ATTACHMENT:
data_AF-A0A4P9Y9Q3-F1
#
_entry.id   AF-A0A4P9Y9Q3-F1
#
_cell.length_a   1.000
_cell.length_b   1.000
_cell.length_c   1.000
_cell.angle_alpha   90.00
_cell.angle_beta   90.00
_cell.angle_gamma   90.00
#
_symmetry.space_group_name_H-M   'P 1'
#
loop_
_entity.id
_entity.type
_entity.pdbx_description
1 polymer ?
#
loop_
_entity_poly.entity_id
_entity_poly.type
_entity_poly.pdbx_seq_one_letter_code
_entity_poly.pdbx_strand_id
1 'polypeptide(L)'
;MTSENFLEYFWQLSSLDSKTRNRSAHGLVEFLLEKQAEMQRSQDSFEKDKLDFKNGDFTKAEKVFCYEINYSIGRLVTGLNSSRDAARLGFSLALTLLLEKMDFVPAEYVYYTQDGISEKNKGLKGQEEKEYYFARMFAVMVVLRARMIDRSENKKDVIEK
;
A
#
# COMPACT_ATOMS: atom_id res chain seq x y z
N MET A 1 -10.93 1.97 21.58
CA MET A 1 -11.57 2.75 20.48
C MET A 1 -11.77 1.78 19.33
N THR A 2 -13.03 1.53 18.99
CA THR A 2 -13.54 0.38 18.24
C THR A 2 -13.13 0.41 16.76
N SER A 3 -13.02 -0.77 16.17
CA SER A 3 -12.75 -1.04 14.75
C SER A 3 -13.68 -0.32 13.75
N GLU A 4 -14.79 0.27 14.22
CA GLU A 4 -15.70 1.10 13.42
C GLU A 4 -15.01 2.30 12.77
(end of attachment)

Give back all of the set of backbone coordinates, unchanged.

data_AF-A0A4P9Y9Q3-F1
#
_entry.id   AF-A0A4P9Y9Q3-F1
#
_cell.length_a   1.000
_cell.length_b   1.000
_cell.length_c   1.000
_cell.angle_alpha   90.00
_cell.angle_beta   90.00
_cell.angle_gamma   90.00
#
_symmetry.space_group_name_H-M   'P 1'
#
loop_
_entity.id
_entity.type
_entity.pdbx_description
1 polymer ?
#
loop_
_entity_poly.entity_id
_entity_poly.type
_entity_poly.pdbx_seq_one_letter_code
_entity_poly.pdbx_strand_id
1 'polypeptide(L)'
;MTSENFLEYFWQLSSLDSKTRNRSAHGLVEFLLEKQAEMQRSQDSFEKDKLDFKNGDFTKAEKVFCYEINYSIGRLVTGLNSSRDAARLGFSLALTLLLEKMDFVPAEYVYYTQDGISEKNKGLKGQEEKEYYFARMFAVMVVLRARMIDRSENKKDVIEK
;
A
#
# COMPACT_ATOMS: atom_id res chain seq x y z
N MET A 1 -10.93 1.97 21.58
CA MET A 1 -11.57 2.75 20.48
C MET A 1 -11.77 1.78 19.33
N THR A 2 -13.03 1.53 18.99
CA THR A 2 -13.54 0.38 18.24
C THR A 2 -13.13 0.41 16.76
N SER A 3 -13.02 -0.77 16.17
CA SER A 3 -12.75 -1.04 14.75
C SER A 3 -13.68 -0.32 13.75
N GLU A 4 -14.79 0.27 14.22
CA GLU A 4 -15.70 1.10 13.42
C GLU A 4 -15.01 2.30 12.77